Europe’s economic recovery faces slow down due to the new COVID-19 wave

Across many parts of the world, an unprecedented new surge in Coronavirus infections is delaying the process of economic recovery in the aftermath of the pandemic crisis. Since a potential vaccine against COVID-19 is months away from mass-production, world governments are forced to reimplement their lockdown measures to contain the spread of the virus resulting in the closure of businesses, people losing their jobs, and banks facing a higher risk of bad loans.

Due to renewed outbreaks in the first two weeks of August, economic activity declined sharply in various European countries including France, Italy, and Spain leading to the sluggish recovery. With infections risings across the bloc, the euro zone’s recovery has also slowed down along with a sharp deceleration of inflation.

“The rebound has lost almost all momentum,” said Chris Williamson, an economist at research firm IHS Markit.

As per recent estimates by Eurostat, the European Union’s GDP declined 11.7 percent in the second quarter of this year, while it fell 12.1 percent in the eurozone as compared to the previous quarter. Economists have also suggested that global output might not be to recover to its pre-crisis levels until the end of 2021 amid prevailing economic uncertainties. While there was an initial economic rebound in Europe in the month of June, economists have asserted that the resurgence of infections can potentially threaten the recovery of major parts of the bloc.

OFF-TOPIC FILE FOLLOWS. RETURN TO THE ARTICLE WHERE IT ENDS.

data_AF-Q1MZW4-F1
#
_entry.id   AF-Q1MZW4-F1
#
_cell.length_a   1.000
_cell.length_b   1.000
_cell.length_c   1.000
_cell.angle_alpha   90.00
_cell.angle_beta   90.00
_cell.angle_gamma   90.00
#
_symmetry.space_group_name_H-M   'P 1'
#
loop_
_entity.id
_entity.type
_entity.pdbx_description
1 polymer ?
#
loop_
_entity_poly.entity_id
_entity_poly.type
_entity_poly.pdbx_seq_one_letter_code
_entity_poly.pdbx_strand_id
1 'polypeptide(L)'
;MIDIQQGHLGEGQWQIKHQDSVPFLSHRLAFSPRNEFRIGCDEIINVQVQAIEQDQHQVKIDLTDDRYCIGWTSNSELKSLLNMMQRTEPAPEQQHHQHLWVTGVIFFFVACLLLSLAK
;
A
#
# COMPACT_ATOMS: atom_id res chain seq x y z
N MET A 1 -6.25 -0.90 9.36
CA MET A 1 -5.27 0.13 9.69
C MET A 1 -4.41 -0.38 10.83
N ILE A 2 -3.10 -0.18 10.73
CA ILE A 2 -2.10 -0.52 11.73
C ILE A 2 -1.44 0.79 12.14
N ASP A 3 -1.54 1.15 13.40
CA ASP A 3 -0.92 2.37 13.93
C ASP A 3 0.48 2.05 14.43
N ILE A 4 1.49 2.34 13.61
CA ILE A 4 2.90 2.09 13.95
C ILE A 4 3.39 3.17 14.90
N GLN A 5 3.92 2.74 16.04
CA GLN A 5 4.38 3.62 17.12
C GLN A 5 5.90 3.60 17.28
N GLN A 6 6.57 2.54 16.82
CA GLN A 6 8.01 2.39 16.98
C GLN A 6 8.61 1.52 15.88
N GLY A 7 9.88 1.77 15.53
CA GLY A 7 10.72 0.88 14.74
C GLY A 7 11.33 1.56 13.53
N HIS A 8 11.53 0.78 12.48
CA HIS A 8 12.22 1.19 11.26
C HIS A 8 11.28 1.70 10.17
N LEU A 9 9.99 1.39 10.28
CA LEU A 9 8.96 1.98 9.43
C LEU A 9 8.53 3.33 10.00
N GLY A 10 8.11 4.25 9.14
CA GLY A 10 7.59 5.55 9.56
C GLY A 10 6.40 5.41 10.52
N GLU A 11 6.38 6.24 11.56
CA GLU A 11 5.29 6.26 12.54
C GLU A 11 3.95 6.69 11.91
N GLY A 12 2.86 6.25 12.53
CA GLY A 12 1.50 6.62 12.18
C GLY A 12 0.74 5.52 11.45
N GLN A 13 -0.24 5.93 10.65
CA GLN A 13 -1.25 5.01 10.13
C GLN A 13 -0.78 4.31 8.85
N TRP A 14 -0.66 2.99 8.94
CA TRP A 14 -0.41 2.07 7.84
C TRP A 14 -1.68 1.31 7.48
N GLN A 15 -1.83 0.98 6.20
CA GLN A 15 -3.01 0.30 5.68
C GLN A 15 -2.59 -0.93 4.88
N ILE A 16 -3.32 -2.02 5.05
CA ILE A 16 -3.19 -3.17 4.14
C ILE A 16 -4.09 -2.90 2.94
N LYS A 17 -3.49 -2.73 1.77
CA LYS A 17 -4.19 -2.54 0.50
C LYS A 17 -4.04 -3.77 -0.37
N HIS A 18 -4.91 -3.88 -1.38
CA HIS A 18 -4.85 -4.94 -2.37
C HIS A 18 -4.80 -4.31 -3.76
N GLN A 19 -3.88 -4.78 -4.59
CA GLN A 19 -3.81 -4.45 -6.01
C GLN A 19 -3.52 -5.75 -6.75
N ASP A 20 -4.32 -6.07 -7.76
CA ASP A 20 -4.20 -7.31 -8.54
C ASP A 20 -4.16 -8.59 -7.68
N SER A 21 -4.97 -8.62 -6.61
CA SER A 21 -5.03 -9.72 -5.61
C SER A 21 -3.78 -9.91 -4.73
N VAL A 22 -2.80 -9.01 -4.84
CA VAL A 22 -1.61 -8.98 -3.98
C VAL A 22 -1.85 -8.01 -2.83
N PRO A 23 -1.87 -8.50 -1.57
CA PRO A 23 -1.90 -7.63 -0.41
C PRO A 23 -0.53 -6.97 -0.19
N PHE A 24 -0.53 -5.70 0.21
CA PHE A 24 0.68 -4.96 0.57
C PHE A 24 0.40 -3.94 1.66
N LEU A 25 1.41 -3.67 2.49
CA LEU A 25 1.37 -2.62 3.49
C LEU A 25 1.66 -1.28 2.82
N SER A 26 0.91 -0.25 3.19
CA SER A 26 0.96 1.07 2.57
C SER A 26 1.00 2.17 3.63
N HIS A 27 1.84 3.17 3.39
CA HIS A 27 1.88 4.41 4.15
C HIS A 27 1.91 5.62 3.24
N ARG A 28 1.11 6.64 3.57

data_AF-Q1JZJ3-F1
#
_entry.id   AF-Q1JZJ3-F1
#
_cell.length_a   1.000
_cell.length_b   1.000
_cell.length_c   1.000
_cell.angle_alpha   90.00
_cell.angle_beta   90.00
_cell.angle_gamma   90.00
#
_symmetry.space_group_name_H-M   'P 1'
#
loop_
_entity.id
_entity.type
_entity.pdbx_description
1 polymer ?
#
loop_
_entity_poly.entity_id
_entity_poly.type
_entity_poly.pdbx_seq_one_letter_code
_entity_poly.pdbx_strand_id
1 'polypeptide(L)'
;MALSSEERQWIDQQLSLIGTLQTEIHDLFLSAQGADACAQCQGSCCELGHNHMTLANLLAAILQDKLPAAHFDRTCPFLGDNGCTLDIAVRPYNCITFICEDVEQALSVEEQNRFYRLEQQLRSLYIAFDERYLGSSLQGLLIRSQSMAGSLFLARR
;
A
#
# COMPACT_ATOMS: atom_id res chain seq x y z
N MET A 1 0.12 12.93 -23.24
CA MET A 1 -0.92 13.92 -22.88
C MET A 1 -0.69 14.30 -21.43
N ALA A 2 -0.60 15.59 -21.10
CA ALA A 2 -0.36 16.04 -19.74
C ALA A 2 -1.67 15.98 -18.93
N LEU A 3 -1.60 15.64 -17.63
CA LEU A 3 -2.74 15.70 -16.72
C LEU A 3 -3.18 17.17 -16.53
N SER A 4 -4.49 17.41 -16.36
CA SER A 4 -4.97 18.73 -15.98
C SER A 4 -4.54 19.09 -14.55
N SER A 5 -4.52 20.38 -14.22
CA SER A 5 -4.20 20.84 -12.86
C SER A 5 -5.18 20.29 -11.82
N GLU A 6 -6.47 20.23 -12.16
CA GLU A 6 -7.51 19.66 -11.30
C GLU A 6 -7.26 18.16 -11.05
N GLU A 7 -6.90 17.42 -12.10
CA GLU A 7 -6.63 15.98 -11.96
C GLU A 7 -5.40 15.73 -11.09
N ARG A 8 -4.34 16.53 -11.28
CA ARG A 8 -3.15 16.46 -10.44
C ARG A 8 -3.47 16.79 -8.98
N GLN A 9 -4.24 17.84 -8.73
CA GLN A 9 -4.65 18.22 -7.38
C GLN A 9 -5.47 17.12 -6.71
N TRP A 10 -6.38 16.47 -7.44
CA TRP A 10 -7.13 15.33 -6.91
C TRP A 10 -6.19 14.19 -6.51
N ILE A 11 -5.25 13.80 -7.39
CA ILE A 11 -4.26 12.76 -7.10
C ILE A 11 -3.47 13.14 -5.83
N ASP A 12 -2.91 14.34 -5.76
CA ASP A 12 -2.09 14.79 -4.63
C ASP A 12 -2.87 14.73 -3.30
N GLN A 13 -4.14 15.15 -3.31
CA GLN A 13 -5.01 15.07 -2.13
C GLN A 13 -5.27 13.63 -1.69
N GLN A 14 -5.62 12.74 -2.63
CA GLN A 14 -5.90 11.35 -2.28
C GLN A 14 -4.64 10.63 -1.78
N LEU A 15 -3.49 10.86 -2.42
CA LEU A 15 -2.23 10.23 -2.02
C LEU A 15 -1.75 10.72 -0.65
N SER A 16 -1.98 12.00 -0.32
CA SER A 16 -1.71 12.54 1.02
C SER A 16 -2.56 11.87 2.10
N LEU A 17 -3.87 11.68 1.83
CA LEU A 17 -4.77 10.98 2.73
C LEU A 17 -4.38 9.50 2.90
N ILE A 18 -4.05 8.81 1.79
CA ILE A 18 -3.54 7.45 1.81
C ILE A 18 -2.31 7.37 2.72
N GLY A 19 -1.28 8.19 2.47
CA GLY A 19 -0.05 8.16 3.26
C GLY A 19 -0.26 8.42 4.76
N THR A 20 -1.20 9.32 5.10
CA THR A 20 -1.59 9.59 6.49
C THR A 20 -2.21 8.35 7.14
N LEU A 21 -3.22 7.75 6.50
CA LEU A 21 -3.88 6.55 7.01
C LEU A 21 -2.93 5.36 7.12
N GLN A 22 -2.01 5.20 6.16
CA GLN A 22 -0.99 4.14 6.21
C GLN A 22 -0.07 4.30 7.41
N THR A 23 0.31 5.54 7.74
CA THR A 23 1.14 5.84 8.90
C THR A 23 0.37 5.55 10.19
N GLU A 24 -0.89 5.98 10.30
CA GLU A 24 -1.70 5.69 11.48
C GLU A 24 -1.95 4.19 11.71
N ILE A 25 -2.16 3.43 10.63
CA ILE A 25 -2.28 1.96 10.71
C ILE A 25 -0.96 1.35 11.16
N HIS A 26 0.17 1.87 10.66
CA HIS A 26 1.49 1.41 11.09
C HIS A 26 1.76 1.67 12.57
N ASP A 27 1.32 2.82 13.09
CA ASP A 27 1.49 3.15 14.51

In August, Eurostat data also revealed that employment in the euro area decreased by 2.9 percent with a 2.7 percent decline in the EU27 in the second quarter of 2020, noting that virus containment measures are still underway in most member states. Economists have expressed serious concerns over massive layoffs in the coming weeks, even though a number of furlough schemes and government support plans are in place to safeguard the rights of the employees in the region.

As per the International Monetary Fund (IMF), the European economy will contract by more than 10 percent in 2020, before completely recovering by at least 6 percent in 2021. This is expected to happen even when the bloc is successful in avoiding a new wave of the pandemic. At the same time, IMP is also expecting that both Italy and Spain will experience economic downfalls of around 12.5 percent this year, noting that these two countries have the highest public debt levels and the most unstable banking system.

At the onset of the pandemic, Europe’s banking sector played a crucial role in keeping the economy from crashing. However, with the majority of emergency response depleting, banks are also in need of state support.

Speaking to media, former European Central Bank vice president and Portuguese economist, VítorConstâncio, expressed his fear there will be a deceleration of credit supply, which will result in a very sluggish recovery of the bloc’s economy.

Meanwhile, governments have been trying to support recovery with more stimulus spending.

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